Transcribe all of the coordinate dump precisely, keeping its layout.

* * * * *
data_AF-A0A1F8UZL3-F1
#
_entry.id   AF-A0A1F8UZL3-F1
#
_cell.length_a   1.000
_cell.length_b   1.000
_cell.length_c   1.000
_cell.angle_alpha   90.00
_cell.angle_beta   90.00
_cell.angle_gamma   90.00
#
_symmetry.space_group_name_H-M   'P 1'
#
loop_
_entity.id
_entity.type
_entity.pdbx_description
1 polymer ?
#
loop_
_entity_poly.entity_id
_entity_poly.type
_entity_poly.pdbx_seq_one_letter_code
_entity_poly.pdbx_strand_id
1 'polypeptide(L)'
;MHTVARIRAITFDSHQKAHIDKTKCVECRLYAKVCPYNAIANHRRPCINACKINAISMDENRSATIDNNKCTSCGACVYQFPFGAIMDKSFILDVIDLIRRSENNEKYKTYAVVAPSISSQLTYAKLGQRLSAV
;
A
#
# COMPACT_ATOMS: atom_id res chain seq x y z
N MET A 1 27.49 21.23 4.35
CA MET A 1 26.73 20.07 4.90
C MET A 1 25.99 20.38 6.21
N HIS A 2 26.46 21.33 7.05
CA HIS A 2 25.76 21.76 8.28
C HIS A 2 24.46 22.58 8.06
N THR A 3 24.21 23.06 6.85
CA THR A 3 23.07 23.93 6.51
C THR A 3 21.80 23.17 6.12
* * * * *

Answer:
data_AF-A0A1F8UZL3-F1
#
_entry.id   AF-A0A1F8UZL3-F1
#
_cell.length_a   1.000
_cell.length_b   1.000
_cell.length_c   1.000
_cell.angle_alpha   90.00
_cell.angle_beta   90.00
_cell.angle_gamma   90.00
#
_symmetry.space_group_name_H-M   'P 1'
#
loop_
_entity.id
_entity.type
_entity.pdbx_description
1 polymer ?
#
loop_
_entity_poly.entity_id
_entity_poly.type
_entity_poly.pdbx_seq_one_letter_code
_entity_poly.pdbx_strand_id
1 'polypeptide(L)'
;MHTVARIRAITFDSHQKAHIDKTKCVECRLYAKVCPYNAIANHRRPCINACKINAISMDENRSATIDNNKCTSCGACVYQFPFGAIMDKSFILDVIDLIRRSENNEKYKTYAVVAPSISSQLTYAKLGQRLSAV
;
A
#
# COMPACT_ATOMS: atom_id res chain seq x y z
N MET A 1 27.49 21.23 4.35
CA MET A 1 26.73 20.07 4.90
C MET A 1 25.99 20.38 6.21
N HIS A 2 26.46 21.33 7.05
CA HIS A 2 25.76 21.76 8.28
C HIS A 2 24.46 22.58 8.06
N THR A 3 24.21 23.06 6.85
CA THR A 3 23.07 23.93 6.51
C THR A 3 21.80 23.17 6.12